There are few diseases more devastating than Alzheimer’s disease, a menacing condition that causes the slow deterioration of brain functionality and ends, inevitably, in death. Far too many people have already watched as their loves ones wither away and perish as a result of this hated disease.
However, it’s not the only condition that affects brain functionality. In fact, Harvard researchers point out that more than 50 conditions can cause or mimic the symptoms of Alzheimer’s disease and dementia. It’s a potentially dangerous mixup that can be avoided by knowing more about these other conditions, so let’s take a look…
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A number of different types of infection—most of them painful and annoying but rarely fatal—can be confused with Alzheimer’s disease. This includes urinary tract infections, skin infections, and lung infections like pneumonia.
The problem is that all of these conditions can reduce physical functionality during the day and night, causing the sufferer to feel overwhelmingly exhausted and groggy. In certain circumstances this can lead observers to believe that the individual is suffering from some kind of mental deficiency or a condition like Alzheimer’s disease.
It’s no mystery that many of today’s most popular medications come with some significant side effects. These medications can affect both our mental and physical well-being in both positive and negative ways. Unfortunately, many medications—and particularly those meant to treat mental disorders, such as depression—often come with serious side effects that can make patients appear tired, both mentally and physically.
According to research from Harvard University, that’s why so many people often suspect that individuals taking powerful medications are suffering from some kind of brain disorder, such as Alzheimer’s disease. That’s why it’s important for close family members to be aware of the medications their loved ones are taking.
The key to beating the summer heat—aside from staying inside a place that’s air conditioned—is staying hydrated. Experts typically recommend that we drink more water during the hot summer months to ensure we don’t feel run down and unable to perform our normal daily activities.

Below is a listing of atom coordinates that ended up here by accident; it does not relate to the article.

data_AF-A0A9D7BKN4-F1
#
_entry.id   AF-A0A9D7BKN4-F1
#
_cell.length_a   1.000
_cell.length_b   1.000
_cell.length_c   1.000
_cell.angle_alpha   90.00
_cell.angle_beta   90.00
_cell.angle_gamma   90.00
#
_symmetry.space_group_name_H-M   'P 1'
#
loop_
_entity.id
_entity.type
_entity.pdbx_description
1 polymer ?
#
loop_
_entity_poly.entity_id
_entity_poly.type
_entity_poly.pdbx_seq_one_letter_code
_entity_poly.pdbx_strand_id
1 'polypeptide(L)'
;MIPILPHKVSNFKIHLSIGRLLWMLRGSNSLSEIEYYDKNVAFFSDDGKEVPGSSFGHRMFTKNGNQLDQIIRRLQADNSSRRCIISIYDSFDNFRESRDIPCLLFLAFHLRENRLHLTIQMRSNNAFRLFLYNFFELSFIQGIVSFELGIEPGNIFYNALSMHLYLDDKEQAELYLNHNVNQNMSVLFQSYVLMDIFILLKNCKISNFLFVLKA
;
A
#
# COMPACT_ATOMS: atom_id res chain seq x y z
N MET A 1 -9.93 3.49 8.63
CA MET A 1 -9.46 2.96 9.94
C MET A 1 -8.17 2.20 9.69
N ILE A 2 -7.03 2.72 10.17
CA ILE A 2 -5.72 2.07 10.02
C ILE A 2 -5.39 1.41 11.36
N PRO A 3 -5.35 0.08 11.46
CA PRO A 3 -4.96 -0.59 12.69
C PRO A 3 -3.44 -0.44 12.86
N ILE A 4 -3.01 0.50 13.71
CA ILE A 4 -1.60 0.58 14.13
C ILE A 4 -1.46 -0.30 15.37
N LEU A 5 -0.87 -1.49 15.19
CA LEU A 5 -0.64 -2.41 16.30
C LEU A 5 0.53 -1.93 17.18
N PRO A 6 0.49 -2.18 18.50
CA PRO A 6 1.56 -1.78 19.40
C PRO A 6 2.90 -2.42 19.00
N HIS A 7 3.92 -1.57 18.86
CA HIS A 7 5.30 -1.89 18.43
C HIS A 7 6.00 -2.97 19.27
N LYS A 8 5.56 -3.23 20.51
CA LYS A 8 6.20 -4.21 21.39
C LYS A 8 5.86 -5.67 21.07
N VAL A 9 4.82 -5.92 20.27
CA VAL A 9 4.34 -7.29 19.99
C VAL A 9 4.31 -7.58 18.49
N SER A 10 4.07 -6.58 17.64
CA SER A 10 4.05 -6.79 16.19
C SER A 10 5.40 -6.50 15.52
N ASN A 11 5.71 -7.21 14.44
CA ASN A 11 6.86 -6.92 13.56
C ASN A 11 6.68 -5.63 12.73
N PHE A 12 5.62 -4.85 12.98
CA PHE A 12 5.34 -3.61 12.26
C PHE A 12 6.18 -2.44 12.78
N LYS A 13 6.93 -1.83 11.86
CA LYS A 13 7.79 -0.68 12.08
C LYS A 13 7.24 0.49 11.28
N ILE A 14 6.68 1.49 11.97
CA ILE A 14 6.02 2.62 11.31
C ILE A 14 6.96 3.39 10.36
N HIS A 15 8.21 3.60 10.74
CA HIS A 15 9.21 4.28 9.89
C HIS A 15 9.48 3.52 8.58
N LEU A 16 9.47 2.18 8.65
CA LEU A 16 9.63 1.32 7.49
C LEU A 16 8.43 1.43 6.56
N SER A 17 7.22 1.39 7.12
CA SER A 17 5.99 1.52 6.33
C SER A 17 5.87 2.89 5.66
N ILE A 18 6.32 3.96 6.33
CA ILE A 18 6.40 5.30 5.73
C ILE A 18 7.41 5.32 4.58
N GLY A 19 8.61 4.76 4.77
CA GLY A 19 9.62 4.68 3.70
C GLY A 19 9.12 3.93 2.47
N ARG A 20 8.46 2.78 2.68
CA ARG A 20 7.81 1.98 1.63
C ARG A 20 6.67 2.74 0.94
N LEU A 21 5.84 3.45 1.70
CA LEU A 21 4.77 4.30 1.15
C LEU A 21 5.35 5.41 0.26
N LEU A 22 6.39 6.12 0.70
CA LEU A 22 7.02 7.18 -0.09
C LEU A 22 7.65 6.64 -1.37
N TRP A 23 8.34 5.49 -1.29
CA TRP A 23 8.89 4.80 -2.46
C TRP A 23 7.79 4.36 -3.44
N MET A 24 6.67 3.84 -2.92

That’s why dehydration is so often confused with dementia and disorders like Alzheimer’s disease, according to research from the Alzheimer’s Association. Dehydration can significantly reduce normal body functionality and can also negatively affect cognitive functionality. To prevent confusion, drink lots of water, particularly during the long, hot summer.
Shockingly few Americans get the recommended seven to eight hours of sleep each night. Some struggle to get that much sleep because they’re battling sleep apnea, a sleep disorder that’s associated with intermittent breathing problems that prevent the body from entering a deep and restful sleep.
The result can be an exhausted individual who appears sluggish, both physically and mentally, according to this study from the National Institutes of Health. When appearing in the elderly, these symptoms can easily be mistaken for dementia and conditions like Alzheimer’s disease.
Few events can change a life so quickly than a stroke, which can result in paralysis, loss of speech, slurred speech, and other problems affecting cognitive functionality. A stroke can happen any time—day or night. It can even happen when an individual is sleeping, with the only symptoms being a clear degradation in cognitive abilities.
That’s why it’s so easy to confuse a single, powerful stroke or many “mini strokes” with forms of dementia like Alzheimer’s disease. And also why it’s so important to check for both when cognitive functionality declines. Keep in mind that tiny, unnoticed strokes, damage the brain only partially and cam cumulate, over time to, dead brain tissue (or Vascular Dementia) and symptoms of slurred speech, confusion, impaired decision making, and paralysis.
High Blood Pressure
It may come as a surprise to some, but rapid adjustments to blood pressure can have a dramatic effect on our physical appearance and mental functionality. The problem is often apparent in older adults, particularly those struggling with high blood pressure or heart disease.
Oftentimes, this issue may also be related to medications that affect blood pressure, which can lead to some people confusing blood pressure changes with certain mental problems, such as Alzheimer’s disease. (To help, here are Naturally Effective Ways to Lower Blood Pressure).
There are few diagnoses more frightening than a brain tumor, with popular opinion insisting this condition is generally inoperable and, in effect, a death sentence. However, that’s not always the case. Brain tumors can be effectively removed without dramatically affecting the behavior of the patient.
That said, brain tumors, particularly prior to an operation, can significantly affect an individual’s behavior. That’s why many physicians (as well as friends and family members) often mistake a brain tumor for Alzheimer’s disease.
Depression and anxiety are often the result of life changes, particularly later in life. It’s during our elderly years that we undergo drastic changes in our lifestyles, from leaving our own home, having to give up mobility or driving, and saying goodbye to friends and family.
Our later years are hardly the one time when depression and anxiety are prevalent, but they do represent the period when conditions affecting our cognitive functionality, such as Alzheimer’s disease, tend to emerge. That’s why many people often confuse depression and other mental disorders—some of which the Mayo Clinic suggests can cause us to appear tired and slow, both mentally and physically—and Alzheimer’s disease.